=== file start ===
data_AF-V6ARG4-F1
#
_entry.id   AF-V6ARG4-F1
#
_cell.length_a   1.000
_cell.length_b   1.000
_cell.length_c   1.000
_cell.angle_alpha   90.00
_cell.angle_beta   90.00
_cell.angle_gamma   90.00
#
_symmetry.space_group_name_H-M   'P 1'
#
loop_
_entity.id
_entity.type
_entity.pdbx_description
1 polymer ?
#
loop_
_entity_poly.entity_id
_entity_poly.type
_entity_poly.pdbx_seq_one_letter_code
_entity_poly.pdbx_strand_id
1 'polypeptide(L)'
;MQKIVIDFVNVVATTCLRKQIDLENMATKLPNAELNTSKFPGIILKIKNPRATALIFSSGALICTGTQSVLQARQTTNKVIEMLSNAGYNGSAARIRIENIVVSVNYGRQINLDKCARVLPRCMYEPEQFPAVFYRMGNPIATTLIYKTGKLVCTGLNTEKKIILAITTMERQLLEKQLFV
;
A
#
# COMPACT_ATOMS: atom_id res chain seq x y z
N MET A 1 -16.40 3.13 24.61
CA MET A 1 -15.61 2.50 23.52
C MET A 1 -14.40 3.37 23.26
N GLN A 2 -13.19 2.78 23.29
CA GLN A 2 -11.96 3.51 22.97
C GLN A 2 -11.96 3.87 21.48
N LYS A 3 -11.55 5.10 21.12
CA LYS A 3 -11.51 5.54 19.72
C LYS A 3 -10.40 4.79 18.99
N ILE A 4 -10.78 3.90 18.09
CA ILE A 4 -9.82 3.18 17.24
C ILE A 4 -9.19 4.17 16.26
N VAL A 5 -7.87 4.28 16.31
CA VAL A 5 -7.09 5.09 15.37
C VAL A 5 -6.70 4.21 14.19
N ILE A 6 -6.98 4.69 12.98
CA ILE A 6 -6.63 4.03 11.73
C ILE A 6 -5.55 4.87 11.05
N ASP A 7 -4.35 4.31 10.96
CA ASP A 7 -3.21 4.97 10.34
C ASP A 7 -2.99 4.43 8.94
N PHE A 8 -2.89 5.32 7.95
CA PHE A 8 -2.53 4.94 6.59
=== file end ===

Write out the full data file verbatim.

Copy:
data_AF-V6ARG4-F1
#
_entry.id   AF-V6ARG4-F1
#
_cell.length_a   1.000
_cell.length_b   1.000
_cell.length_c   1.000
_cell.angle_alpha   90.00
_cell.angle_beta   90.00
_cell.angle_gamma   90.00
#
_symmetry.space_group_name_H-M   'P 1'
#
loop_
_entity.id
_entity.type
_entity.pdbx_description
1 polymer ?
#
loop_
_entity_poly.entity_id
_entity_poly.type
_entity_poly.pdbx_seq_one_letter_code
_entity_poly.pdbx_strand_id
1 'polypeptide(L)'
;MQKIVIDFVNVVATTCLRKQIDLENMATKLPNAELNTSKFPGIILKIKNPRATALIFSSGALICTGTQSVLQARQTTNKVIEMLSNAGYNGSAARIRIENIVVSVNYGRQINLDKCARVLPRCMYEPEQFPAVFYRMGNPIATTLIYKTGKLVCTGLNTEKKIILAITTMERQLLEKQLFV
;
A
#
# COMPACT_ATOMS: atom_id res chain seq x y z
N MET A 1 -16.40 3.13 24.61
CA MET A 1 -15.61 2.50 23.52
C MET A 1 -14.40 3.37 23.26
N GLN A 2 -13.19 2.78 23.29
CA GLN A 2 -11.96 3.51 22.97
C GLN A 2 -11.96 3.87 21.48
N LYS A 3 -11.55 5.10 21.12
CA LYS A 3 -11.51 5.54 19.72
C LYS A 3 -10.40 4.79 18.99
N ILE A 4 -10.78 3.90 18.09
CA ILE A 4 -9.82 3.18 17.24
C ILE A 4 -9.19 4.17 16.26
N VAL A 5 -7.87 4.28 16.31
CA VAL A 5 -7.09 5.09 15.37
C VAL A 5 -6.70 4.21 14.19
N ILE A 6 -6.98 4.69 12.98
CA ILE A 6 -6.63 4.03 11.73
C ILE A 6 -5.55 4.87 11.05
N ASP A 7 -4.35 4.31 10.96
CA ASP A 7 -3.21 4.97 10.34
C ASP A 7 -2.99 4.43 8.94
N PHE A 8 -2.89 5.32 7.95
CA PHE A 8 -2.53 4.94 6.59